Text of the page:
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Unwrapping Nestlé's progress on packaging and plastics

progress packaging

At Nestlé, we are committed to being a responsible corporate citizen and taking bold action to address the urgent issue of packaging waste.

As a major food and drinks manufacturer offering products across multiple categories, we understand the critical role packaging plays in our business. It keeps our products safe and fresh on their journey to consumers, enables them to be transported and delivered safely, and offers information about the product itself.

But we also recognise the urgent need to address the environmental impact of packaging waste, particularly plastics. As a responsible corporate citizen, we are committed to taking bold action to reduce waste, prevent plastics from ending up in our oceans, explore alternatives to disposable packaging, and make our packaging easier to recycle. 

In 2018, we set out our vision for a world where "none of our packaging, including plastics, ends up in landfill, as litter or in our oceans". We announced a target to make 100% of our packaging reusable or recyclable by 2025.

To achieve this, we established the Nestlé Institute of Packaging Sciences, the first of its kind in the food industry, to accelerate action and explore innovative packaging materials and ways of delivering our products to consumers while reducing our impact on the environment.

We also committed to paying up to CHF 1.5 billion in premiums for food-grade recycled plastics up to 2025, with the aim of reducing virgin plastics usage by one third by 2025 and incorporating 30% recycled content into our packaging within the same timeframe.

Less packaging, better packaging, better systems

We have adopted a five-pillar strategy to drive activity across three main areas - less packaging, better packaging, and a better system.  

5 steps

Our UK and Ireland innovations in this area range from achieving 100% rPET across our Buxton mineral water range to transitioning to mono material pouches in our Purina pet food range, decreasing headspace across a range of confectionery products and transitioning Quality Street to recyclable paper packaging in 2022.

As our 2022 Creating Shared Value and Sustainability Report shows, we've moved beyond peak plastics globally while our business continues to grow. We've reduced virgin plastics by more than 10% since 2018, and 81.9% of our plastic packaging is now designed for recycling. More than a third of our packaging is made from recycled and/or renewable material and the total weight of our packaging has decreased year on year since 2020.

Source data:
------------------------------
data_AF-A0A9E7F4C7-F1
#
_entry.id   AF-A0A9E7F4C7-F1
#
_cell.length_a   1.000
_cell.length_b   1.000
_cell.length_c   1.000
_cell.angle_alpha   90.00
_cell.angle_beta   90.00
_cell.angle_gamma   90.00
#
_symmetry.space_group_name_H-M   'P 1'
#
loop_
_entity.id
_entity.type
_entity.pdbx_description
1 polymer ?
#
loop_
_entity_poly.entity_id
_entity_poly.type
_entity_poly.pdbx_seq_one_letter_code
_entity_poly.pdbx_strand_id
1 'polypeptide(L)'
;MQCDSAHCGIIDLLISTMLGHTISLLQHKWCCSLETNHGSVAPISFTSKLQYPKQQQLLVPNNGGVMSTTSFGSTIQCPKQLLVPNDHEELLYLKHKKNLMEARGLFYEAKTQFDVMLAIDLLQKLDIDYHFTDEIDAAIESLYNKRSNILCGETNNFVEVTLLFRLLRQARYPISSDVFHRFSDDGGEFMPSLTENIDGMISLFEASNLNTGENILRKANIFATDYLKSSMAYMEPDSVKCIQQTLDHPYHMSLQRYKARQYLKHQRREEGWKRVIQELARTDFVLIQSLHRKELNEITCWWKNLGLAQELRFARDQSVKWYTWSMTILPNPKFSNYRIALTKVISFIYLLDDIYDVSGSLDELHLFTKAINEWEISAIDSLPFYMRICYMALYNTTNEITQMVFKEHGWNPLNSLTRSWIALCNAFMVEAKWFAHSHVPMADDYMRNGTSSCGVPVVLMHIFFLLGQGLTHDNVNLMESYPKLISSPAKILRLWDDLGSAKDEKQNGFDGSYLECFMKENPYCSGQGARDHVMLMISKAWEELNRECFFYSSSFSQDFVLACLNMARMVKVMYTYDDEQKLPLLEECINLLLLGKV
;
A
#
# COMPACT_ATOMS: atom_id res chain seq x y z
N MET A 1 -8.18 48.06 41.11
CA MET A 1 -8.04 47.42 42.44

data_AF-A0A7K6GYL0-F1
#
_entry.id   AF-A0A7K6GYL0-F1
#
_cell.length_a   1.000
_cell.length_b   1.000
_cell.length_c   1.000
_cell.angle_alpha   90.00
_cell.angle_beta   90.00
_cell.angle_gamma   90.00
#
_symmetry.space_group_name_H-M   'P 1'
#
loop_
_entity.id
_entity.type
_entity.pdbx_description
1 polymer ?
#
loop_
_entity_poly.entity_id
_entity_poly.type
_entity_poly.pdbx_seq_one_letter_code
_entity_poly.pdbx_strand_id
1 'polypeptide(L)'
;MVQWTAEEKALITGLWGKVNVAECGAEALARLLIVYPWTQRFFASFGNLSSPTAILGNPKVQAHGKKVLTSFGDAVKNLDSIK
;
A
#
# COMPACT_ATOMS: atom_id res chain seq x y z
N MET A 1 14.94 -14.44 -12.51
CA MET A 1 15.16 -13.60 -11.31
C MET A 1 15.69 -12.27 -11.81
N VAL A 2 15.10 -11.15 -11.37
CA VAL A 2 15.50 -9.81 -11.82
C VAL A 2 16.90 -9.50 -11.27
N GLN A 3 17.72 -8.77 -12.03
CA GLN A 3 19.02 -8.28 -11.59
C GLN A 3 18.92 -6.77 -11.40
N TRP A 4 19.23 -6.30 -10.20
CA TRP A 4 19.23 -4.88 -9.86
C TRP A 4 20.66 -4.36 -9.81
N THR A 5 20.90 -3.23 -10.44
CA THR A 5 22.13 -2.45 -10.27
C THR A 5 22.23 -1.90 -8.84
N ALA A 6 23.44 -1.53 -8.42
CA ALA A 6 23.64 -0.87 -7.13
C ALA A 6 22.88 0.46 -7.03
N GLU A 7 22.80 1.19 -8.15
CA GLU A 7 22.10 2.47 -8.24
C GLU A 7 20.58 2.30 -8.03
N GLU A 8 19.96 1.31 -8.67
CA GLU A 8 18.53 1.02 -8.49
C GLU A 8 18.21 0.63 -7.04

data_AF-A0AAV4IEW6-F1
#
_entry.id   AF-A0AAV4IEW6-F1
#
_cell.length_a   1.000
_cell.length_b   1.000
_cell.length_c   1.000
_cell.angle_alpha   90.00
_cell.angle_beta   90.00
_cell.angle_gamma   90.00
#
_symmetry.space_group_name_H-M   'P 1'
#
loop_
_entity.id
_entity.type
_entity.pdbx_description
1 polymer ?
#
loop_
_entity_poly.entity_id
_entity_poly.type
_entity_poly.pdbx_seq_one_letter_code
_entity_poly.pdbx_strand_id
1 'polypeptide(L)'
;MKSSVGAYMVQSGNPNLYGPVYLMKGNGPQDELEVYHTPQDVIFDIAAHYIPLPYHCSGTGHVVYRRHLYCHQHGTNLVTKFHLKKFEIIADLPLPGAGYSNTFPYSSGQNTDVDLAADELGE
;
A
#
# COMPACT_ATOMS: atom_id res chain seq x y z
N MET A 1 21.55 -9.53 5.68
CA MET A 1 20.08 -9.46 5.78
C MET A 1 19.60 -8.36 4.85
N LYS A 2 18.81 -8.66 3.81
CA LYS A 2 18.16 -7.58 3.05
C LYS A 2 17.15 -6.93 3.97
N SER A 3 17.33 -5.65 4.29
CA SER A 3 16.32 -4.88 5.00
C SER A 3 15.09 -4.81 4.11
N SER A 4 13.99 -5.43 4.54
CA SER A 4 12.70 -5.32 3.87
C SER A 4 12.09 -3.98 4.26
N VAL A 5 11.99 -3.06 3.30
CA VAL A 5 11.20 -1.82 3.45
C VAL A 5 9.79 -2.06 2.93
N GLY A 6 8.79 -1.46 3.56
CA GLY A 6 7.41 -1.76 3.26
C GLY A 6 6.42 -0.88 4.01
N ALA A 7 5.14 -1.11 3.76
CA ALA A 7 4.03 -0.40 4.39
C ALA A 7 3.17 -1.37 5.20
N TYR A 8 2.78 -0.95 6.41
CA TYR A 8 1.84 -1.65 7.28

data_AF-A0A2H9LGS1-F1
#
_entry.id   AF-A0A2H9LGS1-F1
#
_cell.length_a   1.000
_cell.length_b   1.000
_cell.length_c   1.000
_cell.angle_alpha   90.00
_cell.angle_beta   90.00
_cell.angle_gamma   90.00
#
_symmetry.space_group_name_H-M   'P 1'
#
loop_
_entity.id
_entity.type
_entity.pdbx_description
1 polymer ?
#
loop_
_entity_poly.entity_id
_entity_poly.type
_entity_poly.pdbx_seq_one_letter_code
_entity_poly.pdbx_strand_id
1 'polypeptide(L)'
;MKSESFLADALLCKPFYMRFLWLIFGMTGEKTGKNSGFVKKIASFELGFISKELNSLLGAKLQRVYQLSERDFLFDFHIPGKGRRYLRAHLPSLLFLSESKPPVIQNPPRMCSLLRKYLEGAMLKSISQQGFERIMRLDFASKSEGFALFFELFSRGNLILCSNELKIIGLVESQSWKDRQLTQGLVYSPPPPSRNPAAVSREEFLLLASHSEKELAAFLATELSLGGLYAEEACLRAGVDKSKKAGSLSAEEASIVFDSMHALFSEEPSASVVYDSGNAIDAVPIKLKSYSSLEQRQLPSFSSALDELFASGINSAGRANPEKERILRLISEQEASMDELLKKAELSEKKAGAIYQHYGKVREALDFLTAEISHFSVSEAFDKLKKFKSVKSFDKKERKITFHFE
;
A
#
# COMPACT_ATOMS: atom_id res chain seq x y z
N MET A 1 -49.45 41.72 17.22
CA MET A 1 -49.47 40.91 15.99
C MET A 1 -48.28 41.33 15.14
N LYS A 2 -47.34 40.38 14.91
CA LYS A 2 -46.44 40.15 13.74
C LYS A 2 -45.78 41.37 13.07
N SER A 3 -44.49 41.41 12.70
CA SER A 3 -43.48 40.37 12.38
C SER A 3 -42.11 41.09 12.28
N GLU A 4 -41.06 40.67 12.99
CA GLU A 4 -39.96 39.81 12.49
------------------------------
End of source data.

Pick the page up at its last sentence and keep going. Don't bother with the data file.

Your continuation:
Changing world creates new challenges

We recognise that the world has changed since 2018. Setting aside the external pressures faced over the last few years, our ambition was set out at a time when we anticipated the rapid development of collection and recycling infrastructure, and these are elements which are out of our direct control.

In the UK, we've also seen policy delays by Government. Plans to introduce a Deposit Return Scheme, where consumers can receive a small financial benefit for returning their beverage containers to be recycled, Extended Producer Responsibility, where companies pay the full net costs of managing and recycling the packaging waste they produce, and consistent recycling collections from households, have been pushed back. Without the introduction of these policies, the collection and recycling of flexible plastic packaging like pouches, bags and wrappers remain challenging, although we welcomed the rollout of kerbside collection for these items in Ireland last year.

That's why earlier this year we reframed our packaging commitment at a global level to focus on elements directly within our control - the design of our packaging and the materials we use in it. Here in the UK and Ireland, work continues at pace to ensure as close to 100% of our packaging is designed for recycling by 2025. We are continuing to work on actively achieving 100% of our packaging recyclable or reusable through initiatives such as supporting the investment in collection, sorting and recycling schemes.

Collaboration is key

We are willing to collaborate with all parties to tackle these issues, and we have formed cross-industry alliances and teamed up with competitors to launch initiatives like the Flexible Plastic Fund. We have been part of the Ellen MacArthur Foundation's New Plastics Economy since 2017 and pledged to work as an industry to create a circular economy for plastics. We are signatories of the UK Plastics Pact, joining forces with others across the industry to stimulate action and meet targets on plastic packaging. We are advocating for a legally binding United Nations Treaty on Plastic Pollution, which we hope will lead to new, harmonised national regulations, and we are participating in the UK national treaty dialogues with Department for Environment, Food and Rural Affairs (DEFRA). 


Alongside redesigning our own packaging and reducing virgin material use we're working with others across industry and Government to advocate for well-designed EPR and DRS schemes. These will incentivise recyclable packaging design and stimulate the development of much-needed recycling infrastructure to ensure used packaging remains in the circular economy loop.

We are on a journey, and we are continuing to work very hard, but we know we still have a lot to do.